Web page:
Four Reasons Your Parents Might Be in Financial Trouble
- They are dealing with debt – Perhaps they’re dealing with the aftermath of a large, unexpected medical bill. Or it could be that years of generously supporting their children and grandchildren have left their finances in shambles. Whatever the cause, debt among older Americans is a growing trend. In 2010, the average debt for a family in which the head of household was age 75 or older was $30,288. In 2016, that number grew to $36,757.1
- They are falling for fraud – According to a report by the Federal Trade Commission, older adults have been targeted or disproportionately affected by fraud. Moreover, older adults have reported much higher dollar losses to certain types of fraud than younger consumers.2
Why do scammers target older individuals? There are many explanations for this trend. Some older individuals lack an awareness about major financial issues. Others may be attractive targets for scammers because they have access to retirement account assets or have built up home equity. Additional factors that increase an older adult’s vulnerability to scams include cognitive decline and isolation from family and friends.
- They aren’t used to managing finances – The loss of a spouse can create many challenges for the survivor, especially if the deceased spouse was in charge of finances. Many widows or widowers might find themselves keeping track of statements, paying bills, budgeting, and handling other financial matters for the first time, which can be a complicated reality to face.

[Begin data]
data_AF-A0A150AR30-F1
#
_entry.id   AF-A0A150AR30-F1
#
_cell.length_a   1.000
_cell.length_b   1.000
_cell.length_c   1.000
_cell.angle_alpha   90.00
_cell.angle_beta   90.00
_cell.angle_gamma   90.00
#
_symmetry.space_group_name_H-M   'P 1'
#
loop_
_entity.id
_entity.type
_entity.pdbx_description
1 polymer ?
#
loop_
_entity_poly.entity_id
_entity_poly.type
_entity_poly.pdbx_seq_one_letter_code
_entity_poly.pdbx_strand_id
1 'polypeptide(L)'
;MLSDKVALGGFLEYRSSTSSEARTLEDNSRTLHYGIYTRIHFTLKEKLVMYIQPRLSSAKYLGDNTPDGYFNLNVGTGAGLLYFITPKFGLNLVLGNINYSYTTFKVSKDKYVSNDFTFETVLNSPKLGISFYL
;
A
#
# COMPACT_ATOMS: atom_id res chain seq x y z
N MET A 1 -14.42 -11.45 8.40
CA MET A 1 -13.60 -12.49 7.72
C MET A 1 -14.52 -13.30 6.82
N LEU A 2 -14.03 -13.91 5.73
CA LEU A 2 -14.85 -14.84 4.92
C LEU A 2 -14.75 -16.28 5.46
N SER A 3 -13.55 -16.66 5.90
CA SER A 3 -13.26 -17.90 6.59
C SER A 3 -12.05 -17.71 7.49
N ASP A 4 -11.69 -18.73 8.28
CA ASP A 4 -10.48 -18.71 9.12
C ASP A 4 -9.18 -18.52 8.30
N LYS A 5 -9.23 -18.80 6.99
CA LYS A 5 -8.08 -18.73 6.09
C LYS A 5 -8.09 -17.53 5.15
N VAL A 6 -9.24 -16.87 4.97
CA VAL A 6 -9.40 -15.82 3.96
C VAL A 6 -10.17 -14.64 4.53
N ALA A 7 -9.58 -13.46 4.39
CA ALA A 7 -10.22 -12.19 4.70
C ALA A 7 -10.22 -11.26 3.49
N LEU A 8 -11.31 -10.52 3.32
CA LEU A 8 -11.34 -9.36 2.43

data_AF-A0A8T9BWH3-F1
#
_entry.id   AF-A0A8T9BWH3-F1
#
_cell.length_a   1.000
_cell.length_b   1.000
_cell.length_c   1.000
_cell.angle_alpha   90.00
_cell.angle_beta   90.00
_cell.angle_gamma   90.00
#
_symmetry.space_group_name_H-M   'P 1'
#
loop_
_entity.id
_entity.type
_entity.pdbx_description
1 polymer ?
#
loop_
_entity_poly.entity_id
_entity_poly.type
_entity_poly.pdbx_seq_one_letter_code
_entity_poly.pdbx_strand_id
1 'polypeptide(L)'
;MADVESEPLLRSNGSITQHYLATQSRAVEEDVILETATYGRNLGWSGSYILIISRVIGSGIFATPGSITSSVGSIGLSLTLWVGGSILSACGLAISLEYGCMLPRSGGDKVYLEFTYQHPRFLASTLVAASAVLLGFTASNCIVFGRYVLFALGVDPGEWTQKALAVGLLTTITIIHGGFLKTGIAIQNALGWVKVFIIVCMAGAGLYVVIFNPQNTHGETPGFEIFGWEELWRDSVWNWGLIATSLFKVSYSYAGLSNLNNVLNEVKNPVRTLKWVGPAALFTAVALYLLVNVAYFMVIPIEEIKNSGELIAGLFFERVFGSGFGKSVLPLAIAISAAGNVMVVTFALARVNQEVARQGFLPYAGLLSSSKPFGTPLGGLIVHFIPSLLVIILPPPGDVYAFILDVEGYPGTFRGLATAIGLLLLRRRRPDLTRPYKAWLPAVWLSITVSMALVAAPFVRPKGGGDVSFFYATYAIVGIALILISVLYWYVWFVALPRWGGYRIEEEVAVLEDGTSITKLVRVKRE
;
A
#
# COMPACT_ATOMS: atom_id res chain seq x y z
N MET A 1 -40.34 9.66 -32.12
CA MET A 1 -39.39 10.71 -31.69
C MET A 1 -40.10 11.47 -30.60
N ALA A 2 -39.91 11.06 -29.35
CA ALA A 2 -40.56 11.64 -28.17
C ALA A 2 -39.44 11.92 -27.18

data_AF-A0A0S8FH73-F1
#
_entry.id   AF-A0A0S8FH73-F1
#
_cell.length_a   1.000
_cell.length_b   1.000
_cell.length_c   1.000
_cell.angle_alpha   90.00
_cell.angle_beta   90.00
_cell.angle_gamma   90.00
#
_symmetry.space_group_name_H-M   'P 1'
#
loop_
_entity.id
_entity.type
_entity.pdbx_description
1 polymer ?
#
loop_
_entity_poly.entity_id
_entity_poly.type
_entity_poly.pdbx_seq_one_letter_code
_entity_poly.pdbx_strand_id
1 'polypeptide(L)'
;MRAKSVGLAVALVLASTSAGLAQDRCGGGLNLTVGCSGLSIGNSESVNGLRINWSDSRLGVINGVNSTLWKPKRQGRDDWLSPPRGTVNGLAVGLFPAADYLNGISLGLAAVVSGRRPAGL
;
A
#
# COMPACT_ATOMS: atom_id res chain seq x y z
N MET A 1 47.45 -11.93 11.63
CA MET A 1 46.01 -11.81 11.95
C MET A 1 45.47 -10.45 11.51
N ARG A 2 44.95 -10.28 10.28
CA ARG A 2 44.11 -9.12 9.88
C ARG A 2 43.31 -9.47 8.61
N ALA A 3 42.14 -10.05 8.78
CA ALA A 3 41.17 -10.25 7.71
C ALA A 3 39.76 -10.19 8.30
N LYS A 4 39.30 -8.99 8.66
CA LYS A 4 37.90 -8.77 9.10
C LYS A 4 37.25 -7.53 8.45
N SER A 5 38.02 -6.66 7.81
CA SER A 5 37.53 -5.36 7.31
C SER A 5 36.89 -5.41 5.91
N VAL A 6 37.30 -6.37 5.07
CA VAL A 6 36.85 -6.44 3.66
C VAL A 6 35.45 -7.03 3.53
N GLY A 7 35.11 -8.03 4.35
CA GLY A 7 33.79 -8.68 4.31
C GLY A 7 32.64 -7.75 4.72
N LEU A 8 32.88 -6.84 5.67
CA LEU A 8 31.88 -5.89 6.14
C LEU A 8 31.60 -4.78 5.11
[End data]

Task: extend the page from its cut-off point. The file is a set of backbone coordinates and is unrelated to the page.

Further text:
- They struggle with change – As financial institutions continue to innovate and increase online and mobile access to customer accounts, it can be difficult for older consumers to keep up. For example, some older adults may struggle with accessing their financial information online. Others might get frustrated or confused when financial institutions implement new policies and procedures, especially if they’ve had an account with an institution for decades.
One report described the most common issues that older consumers identified with bank accounts or services. The top three complaints involved account management (47%), deposits and withdrawals (27%), and problems caused by low funds (12%).3
Ways you can help
- Set up a meeting with a financial professional – Encourage your parents to meet with a professional to evaluate their financial situation.
- Help them reduce spending – Look for big and small ways that they can scale back on expenses, such as downsizing to a smaller home, cutting cable plans, or canceling unnecessary memberships/subscriptions.
- Have them tested for dementia – If you’ve noticed behavioral or memory changes in one or both of your parents, share your concerns with a medical professional. Cognitive decline can result in difficulty managing finances.
- Help them apply for assistance – The National Council on Aging has a website, benefitscheckup.org, that can help you determine your parents’ eligibility for federal, state, and private benefit programs. Additionally, if you have specific questions on Medi-Cal for long-term care, please contact the Law Offices of Lisa C. Bryant, INC at (408) 286-2122 or (714) 276-2788 to discuss your options.